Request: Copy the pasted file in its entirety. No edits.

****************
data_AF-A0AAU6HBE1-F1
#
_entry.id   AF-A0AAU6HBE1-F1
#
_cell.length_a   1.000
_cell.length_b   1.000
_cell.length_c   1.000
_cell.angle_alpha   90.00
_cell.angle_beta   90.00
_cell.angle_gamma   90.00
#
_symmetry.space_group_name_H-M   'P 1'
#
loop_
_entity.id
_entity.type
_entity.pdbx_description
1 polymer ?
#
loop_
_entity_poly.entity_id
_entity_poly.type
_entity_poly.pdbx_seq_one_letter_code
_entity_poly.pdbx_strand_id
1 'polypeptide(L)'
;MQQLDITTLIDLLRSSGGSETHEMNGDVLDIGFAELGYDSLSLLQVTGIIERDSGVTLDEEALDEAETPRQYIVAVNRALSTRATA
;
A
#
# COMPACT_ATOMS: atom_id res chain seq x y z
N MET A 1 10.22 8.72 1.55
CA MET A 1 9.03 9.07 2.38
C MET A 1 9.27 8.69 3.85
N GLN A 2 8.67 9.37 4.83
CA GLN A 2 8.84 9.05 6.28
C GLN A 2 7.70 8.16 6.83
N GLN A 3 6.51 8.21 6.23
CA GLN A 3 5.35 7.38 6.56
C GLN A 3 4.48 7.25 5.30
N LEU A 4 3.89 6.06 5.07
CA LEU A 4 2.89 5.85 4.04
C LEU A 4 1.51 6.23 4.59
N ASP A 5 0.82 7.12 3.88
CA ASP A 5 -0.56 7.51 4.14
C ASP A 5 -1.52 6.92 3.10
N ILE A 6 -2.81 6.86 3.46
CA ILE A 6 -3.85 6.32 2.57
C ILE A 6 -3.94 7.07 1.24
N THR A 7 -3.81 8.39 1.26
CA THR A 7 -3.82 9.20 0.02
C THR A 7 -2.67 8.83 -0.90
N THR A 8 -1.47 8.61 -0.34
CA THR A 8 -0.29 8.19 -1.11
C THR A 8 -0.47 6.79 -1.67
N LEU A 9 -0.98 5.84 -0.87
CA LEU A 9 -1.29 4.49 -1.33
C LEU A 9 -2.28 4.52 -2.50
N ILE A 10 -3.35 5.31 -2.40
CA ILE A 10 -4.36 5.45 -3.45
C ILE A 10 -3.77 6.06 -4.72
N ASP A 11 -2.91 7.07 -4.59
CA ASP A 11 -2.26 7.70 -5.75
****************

data_AF-A0AAU6HBE1-F1
#
_entry.id   AF-A0AAU6HBE1-F1
#
_cell.length_a   1.000
_cell.length_b   1.000
_cell.length_c   1.000
_cell.angle_alpha   90.00
_cell.angle_beta   90.00
_cell.angle_gamma   90.00
#
_symmetry.space_group_name_H-M   'P 1'
#
loop_
_entity.id
_entity.type
_entity.pdbx_description
1 polymer ?
#
loop_
_entity_poly.entity_id
_entity_poly.type
_entity_poly.pdbx_seq_one_letter_code
_entity_poly.pdbx_strand_id
1 'polypeptide(L)'
;MQQLDITTLIDLLRSSGGSETHEMNGDVLDIGFAELGYDSLSLLQVTGIIERDSGVTLDEEALDEAETPRQYIVAVNRALSTRATA
;
A
#
# COMPACT_ATOMS: atom_id res chain seq x y z
N MET A 1 10.22 8.72 1.55
CA MET A 1 9.03 9.07 2.38
C MET A 1 9.27 8.69 3.85
N GLN A 2 8.67 9.37 4.83
CA GLN A 2 8.84 9.05 6.28
C GLN A 2 7.70 8.16 6.83
N GLN A 3 6.51 8.21 6.23
CA GLN A 3 5.35 7.38 6.56
C GLN A 3 4.48 7.25 5.30
N LEU A 4 3.89 6.06 5.07
CA LEU A 4 2.89 5.85 4.04
C LEU A 4 1.51 6.23 4.59
N ASP A 5 0.82 7.12 3.88
CA ASP A 5 -0.56 7.51 4.14
C ASP A 5 -1.52 6.92 3.10
N ILE A 6 -2.81 6.86 3.46
CA ILE A 6 -3.85 6.32 2.57
C ILE A 6 -3.94 7.07 1.24
N THR A 7 -3.81 8.39 1.26
CA THR A 7 -3.82 9.20 0.02
C THR A 7 -2.67 8.83 -0.90
N THR A 8 -1.47 8.61 -0.34
CA THR A 8 -0.29 8.19 -1.11
C THR A 8 -0.47 6.79 -1.67
N LEU A 9 -0.98 5.84 -0.87
CA LEU A 9 -1.29 4.49 -1.33
C LEU A 9 -2.28 4.52 -2.50
N ILE A 10 -3.35 5.31 -2.40
CA ILE A 10 -4.36 5.45 -3.45
C ILE A 10 -3.77 6.06 -4.72
N ASP A 11 -2.91 7.07 -4.59
CA ASP A 11 -2.26 7.70 -5.75